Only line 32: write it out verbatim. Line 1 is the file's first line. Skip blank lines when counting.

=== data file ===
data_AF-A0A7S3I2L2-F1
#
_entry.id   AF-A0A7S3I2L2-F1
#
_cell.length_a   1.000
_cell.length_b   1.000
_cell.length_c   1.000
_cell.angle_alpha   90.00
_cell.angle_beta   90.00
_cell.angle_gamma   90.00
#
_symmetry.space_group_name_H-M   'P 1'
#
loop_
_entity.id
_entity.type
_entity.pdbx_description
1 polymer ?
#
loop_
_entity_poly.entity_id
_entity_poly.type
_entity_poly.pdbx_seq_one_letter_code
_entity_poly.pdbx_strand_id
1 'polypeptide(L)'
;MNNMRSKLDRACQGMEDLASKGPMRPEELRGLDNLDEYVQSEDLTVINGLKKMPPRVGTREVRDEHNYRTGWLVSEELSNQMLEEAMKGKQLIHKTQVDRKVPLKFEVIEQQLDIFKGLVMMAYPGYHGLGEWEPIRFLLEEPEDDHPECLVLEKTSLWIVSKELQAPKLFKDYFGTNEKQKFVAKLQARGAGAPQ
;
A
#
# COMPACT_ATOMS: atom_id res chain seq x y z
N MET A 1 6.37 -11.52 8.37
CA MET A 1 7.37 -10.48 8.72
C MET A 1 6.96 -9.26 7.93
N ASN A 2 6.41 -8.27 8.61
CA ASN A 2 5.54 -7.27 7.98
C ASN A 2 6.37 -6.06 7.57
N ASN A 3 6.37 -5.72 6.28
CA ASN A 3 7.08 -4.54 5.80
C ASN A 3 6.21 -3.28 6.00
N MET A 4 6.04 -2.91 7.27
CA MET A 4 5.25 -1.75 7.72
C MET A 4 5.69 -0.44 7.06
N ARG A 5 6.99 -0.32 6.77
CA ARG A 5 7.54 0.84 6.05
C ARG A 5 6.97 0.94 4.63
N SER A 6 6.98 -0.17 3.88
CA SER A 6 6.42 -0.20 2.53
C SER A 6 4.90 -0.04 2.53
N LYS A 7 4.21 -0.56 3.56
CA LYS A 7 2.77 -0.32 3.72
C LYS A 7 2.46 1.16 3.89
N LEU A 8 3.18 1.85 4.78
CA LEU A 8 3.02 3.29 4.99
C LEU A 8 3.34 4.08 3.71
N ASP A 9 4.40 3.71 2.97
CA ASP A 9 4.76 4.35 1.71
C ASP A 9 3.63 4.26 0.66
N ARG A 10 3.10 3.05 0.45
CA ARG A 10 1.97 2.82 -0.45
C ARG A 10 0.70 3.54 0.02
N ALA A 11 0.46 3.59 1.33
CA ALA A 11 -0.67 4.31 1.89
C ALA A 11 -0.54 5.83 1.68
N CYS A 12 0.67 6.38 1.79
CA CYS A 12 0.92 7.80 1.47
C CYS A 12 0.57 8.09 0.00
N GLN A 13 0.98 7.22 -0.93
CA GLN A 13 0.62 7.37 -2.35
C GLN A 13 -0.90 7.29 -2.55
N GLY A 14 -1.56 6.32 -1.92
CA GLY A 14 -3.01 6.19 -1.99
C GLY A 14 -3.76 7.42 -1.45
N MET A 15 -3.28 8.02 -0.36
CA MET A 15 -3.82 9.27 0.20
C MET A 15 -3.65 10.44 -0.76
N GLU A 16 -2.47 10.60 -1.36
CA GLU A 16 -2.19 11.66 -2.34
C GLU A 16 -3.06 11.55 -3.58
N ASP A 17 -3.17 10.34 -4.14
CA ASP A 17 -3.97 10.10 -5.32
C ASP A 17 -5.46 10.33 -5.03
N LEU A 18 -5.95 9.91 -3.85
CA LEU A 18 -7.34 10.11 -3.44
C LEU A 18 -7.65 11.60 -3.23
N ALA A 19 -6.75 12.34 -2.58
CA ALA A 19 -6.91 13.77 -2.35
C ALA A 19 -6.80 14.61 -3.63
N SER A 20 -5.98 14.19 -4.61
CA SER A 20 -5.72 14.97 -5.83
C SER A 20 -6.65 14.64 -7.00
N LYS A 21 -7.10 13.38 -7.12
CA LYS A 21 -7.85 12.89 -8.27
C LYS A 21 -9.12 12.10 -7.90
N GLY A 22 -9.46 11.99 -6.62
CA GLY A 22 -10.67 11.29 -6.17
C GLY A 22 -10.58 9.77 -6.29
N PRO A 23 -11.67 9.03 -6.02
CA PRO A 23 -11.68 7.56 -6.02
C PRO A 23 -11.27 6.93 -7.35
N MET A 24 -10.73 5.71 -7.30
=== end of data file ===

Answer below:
CA MET A 1 7.37 -10.48 8.72